NB: This is my personal analysis of contributions to question five from the forum. This post is the fifth in series of six, analyzing each of the six forum questions that were discussed.
With my interest in this area, I began the discussion with a post which pointed out the need to source content from farmers themselves – that is farmers’ local knowledge and innovations (FLK/I). A number of subsequent posts agreed with the fact that local knowledge is critical, and any effort to spread this knowledge and prevent its dearth by recording it through technology is also essential.
Question 5: What are the methods for sourcing appropriate content to be delivered to farmers, what standards should be followed when disseminating information to farmers, and who is best placed to manage quality assurance?
Most often when it comes to services for farmers, we immediately jump into ways of providing technical/scientific content. So I may say my post did change the tone of discussion of the question, at least at the beginning. Below are some of the ways that FLK/I could be sourced from farmers as primary content and then improved through other scientific methods for use by these farmers.
Sourcing Methods of Farmers Local Knowledge and Innovations (FLKI)
- Use of face-to-face meeting with farmers to help identify FLK/I and then “validate” it together with them
- Use of mobile vans with the necessary recording equipments to source content from farmers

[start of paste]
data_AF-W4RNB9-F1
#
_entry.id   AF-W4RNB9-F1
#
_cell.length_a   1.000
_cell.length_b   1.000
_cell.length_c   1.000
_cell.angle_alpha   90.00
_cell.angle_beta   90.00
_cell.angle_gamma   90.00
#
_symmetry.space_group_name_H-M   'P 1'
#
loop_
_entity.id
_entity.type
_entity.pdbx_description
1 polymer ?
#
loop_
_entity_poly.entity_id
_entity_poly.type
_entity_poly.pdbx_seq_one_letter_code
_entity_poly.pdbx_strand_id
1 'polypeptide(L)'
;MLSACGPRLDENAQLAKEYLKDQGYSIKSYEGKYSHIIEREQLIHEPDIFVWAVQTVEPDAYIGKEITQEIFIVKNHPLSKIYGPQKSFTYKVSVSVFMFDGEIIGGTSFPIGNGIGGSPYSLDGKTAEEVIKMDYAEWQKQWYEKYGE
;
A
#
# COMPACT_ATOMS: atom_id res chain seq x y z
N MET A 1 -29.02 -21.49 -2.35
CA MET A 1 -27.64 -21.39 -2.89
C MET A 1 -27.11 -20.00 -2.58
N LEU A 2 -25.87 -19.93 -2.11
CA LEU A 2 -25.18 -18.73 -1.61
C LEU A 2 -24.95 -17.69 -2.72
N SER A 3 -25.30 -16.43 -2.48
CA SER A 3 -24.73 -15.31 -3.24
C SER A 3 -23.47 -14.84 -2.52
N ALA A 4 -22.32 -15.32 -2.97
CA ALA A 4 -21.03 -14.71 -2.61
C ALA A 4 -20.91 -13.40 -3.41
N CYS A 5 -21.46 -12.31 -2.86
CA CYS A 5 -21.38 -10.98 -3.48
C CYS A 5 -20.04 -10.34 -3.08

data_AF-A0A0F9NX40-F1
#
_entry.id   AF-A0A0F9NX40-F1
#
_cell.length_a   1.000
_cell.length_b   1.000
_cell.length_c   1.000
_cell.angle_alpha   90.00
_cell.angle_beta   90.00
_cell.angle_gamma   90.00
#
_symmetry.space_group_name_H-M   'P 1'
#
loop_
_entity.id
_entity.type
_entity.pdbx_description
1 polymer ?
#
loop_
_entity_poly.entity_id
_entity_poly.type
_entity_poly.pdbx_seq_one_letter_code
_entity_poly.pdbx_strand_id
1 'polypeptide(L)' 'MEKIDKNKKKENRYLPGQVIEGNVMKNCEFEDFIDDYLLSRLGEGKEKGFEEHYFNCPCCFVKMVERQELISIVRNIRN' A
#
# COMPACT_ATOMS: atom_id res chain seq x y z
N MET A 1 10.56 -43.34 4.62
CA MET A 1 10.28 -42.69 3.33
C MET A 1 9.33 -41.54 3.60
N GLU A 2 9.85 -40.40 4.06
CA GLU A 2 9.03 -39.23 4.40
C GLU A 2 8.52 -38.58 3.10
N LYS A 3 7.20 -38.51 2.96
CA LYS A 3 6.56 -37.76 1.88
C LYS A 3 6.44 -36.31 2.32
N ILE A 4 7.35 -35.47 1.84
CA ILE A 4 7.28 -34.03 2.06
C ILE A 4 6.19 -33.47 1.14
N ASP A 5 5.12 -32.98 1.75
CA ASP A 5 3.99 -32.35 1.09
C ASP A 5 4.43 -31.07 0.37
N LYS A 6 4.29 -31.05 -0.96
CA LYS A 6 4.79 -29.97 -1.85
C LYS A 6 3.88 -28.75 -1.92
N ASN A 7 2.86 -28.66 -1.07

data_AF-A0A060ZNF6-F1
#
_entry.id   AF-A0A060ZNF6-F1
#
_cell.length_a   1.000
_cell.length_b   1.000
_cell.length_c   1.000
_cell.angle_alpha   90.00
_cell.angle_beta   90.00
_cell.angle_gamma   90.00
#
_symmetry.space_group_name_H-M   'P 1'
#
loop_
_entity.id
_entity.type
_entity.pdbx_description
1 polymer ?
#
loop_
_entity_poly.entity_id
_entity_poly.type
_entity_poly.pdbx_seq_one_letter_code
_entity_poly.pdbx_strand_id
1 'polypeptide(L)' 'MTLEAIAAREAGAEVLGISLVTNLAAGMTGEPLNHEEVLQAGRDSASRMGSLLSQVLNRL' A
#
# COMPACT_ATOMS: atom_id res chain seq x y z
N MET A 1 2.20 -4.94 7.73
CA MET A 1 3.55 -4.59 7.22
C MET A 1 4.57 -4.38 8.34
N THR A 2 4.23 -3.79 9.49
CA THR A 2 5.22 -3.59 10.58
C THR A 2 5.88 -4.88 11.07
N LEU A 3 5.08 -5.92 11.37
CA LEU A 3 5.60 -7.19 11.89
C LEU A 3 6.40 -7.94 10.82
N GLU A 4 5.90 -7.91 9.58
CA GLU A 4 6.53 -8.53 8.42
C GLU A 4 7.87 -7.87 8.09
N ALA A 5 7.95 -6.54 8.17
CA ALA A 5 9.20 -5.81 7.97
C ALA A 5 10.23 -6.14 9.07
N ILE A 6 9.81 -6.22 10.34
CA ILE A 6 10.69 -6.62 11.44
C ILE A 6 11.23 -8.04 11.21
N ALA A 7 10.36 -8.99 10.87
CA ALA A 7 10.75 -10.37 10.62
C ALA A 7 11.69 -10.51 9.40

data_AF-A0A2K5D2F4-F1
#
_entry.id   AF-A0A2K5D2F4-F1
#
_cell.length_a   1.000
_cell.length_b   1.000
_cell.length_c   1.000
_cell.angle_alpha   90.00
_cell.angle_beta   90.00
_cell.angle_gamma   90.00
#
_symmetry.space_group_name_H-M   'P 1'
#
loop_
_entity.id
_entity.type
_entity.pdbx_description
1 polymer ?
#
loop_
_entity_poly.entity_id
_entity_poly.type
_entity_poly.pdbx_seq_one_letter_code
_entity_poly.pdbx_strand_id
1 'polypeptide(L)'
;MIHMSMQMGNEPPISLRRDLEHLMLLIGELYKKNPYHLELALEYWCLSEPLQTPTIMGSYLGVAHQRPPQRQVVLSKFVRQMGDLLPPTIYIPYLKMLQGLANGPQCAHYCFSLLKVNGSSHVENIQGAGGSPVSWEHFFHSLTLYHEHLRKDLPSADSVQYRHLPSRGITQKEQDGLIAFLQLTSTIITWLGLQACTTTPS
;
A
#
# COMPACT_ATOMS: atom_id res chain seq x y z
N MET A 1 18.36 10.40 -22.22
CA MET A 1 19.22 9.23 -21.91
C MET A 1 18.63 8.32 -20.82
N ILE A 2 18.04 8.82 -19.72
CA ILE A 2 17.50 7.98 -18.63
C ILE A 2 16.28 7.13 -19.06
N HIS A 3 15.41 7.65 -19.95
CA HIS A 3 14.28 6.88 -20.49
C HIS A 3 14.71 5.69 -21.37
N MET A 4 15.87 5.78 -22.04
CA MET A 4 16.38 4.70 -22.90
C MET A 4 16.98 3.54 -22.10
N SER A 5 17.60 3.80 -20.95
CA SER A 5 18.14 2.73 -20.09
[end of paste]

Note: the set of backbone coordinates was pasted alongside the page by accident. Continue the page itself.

- Use of radio in combination with mobile phones to source FLK/I from farmers. Specifically, radio “Phone-In” program in most parts of Africa could be an excellent method
- Farmers could be trained with basic documenting tools so that while they are engaged in their local farming activities, they can also be recording these activities for researchers to use later in their research to improve these innovations.
Other examples of the use of ICTs to facilitate peer-to-peer knowledge sharing among farmers and possibly for sourcing content for farmers were also pointed out by other discussants as Awaaz.De, Digital Green, and Video Viewing Club (VVC).
Another promising application that was mentioned later during the discussion is NEXT2 – a geosocial network app that automatically connects subscribers around location and by common topics of interest or concern. I believe the potential of this app is great for those interested in utilizing farmers local knowledge and innovations. While the app may primarily help strengthen the existing social capital among farmers through knowledge sharing, it could also be used to strengthen the link between farmers and their officers with close geographic proximity.
Customized/Localized Content for Farmers